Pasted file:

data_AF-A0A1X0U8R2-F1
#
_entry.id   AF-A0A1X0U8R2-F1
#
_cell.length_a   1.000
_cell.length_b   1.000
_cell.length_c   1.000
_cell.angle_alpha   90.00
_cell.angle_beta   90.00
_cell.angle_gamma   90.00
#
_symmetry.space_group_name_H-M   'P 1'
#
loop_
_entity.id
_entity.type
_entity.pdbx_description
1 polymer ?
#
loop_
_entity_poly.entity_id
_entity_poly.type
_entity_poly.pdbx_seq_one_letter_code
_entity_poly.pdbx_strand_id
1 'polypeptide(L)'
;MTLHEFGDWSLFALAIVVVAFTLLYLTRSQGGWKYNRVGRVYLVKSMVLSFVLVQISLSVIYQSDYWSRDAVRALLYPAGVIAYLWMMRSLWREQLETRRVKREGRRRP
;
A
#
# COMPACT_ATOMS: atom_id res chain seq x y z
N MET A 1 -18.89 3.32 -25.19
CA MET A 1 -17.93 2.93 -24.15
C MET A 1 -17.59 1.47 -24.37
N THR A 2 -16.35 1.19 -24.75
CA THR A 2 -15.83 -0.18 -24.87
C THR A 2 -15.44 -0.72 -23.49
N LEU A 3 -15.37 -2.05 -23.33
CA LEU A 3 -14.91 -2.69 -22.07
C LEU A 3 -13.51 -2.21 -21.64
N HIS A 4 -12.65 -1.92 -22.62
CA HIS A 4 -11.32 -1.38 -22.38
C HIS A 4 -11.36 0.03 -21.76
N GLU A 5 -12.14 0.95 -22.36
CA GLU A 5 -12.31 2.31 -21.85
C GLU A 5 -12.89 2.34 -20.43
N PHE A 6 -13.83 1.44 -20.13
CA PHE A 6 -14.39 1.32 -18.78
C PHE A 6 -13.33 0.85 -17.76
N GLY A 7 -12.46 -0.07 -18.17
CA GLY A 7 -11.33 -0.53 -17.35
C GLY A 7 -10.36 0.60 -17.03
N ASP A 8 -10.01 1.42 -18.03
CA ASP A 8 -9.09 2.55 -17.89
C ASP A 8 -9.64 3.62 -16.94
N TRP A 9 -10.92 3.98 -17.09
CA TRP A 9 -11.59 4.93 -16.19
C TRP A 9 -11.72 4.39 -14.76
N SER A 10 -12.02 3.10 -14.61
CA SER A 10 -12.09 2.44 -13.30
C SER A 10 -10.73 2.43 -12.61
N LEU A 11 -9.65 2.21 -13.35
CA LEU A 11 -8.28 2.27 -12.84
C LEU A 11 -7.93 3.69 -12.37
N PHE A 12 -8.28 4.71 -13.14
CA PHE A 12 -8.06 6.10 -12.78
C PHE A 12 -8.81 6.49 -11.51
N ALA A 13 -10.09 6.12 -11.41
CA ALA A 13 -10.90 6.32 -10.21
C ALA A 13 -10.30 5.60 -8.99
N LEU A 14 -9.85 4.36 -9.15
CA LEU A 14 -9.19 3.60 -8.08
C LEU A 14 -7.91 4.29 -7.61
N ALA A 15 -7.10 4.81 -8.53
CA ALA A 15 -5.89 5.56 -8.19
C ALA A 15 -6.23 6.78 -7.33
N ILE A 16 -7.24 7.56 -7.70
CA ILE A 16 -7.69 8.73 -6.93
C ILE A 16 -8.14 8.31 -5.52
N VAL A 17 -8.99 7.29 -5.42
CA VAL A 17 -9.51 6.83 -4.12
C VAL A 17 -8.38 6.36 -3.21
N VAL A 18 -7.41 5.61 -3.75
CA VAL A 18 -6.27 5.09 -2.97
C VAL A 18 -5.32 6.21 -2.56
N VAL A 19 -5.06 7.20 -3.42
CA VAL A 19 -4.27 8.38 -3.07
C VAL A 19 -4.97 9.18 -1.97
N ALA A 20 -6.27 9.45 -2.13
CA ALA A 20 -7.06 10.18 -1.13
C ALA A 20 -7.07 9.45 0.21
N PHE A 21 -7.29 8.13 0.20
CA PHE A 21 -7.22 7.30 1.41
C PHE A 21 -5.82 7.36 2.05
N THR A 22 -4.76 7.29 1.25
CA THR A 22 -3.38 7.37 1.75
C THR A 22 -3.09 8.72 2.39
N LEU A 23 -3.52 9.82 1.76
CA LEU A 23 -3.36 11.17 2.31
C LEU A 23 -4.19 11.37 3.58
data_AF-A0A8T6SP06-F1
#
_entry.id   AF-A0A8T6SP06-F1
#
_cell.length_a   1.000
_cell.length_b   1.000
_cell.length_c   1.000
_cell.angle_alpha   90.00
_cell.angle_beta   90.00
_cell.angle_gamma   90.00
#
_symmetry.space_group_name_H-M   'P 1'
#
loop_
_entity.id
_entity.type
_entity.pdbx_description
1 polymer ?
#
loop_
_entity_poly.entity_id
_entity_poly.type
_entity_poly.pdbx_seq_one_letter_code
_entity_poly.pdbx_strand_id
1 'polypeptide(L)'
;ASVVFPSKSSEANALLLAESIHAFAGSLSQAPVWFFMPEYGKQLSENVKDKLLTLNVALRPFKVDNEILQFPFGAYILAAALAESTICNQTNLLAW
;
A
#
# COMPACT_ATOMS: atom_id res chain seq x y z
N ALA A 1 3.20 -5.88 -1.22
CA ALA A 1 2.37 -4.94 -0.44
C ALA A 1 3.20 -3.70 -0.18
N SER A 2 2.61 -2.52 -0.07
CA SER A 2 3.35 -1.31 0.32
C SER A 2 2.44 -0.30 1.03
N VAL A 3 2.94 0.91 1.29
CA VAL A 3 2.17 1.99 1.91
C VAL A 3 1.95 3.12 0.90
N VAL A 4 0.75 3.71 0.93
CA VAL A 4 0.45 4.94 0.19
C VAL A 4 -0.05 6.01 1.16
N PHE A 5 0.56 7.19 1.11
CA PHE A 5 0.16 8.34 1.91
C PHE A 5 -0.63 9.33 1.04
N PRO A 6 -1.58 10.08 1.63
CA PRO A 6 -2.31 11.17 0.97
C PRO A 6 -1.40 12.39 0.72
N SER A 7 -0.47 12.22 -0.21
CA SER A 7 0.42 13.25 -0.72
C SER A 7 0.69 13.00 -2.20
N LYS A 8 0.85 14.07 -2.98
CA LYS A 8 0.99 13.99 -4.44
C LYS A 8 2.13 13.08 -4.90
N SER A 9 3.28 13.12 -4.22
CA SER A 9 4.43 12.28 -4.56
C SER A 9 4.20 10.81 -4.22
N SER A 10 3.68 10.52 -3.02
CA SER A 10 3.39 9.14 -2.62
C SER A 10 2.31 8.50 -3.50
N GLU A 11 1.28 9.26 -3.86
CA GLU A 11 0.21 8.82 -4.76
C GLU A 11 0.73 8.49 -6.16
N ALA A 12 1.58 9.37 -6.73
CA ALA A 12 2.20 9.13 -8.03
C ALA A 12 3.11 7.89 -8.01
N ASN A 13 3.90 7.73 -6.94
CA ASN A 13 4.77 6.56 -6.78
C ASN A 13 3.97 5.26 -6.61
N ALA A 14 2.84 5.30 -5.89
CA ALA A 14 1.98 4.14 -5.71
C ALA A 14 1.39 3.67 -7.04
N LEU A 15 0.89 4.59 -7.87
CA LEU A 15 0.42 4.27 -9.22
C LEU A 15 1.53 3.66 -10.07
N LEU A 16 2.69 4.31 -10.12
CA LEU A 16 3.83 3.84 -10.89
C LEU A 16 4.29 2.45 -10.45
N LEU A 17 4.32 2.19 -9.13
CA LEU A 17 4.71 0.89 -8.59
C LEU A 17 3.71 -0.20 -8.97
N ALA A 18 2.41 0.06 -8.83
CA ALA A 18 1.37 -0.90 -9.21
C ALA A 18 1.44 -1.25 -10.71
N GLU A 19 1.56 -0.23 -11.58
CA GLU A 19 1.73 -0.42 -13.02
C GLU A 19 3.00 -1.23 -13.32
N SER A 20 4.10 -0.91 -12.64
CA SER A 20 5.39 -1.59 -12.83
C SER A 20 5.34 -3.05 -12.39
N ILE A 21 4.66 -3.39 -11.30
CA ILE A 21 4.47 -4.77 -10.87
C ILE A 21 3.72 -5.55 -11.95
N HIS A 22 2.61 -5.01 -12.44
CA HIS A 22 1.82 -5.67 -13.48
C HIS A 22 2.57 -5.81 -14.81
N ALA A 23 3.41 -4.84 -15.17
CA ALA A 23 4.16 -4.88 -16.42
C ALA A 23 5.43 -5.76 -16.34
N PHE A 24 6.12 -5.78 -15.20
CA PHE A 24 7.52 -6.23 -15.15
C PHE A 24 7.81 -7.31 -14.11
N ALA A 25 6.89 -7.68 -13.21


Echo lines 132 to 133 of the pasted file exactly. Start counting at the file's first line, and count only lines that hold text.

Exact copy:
C ALA A 1 3.20 -3.70 -0.18
N SER A 2 2.61 -2.52 -0.07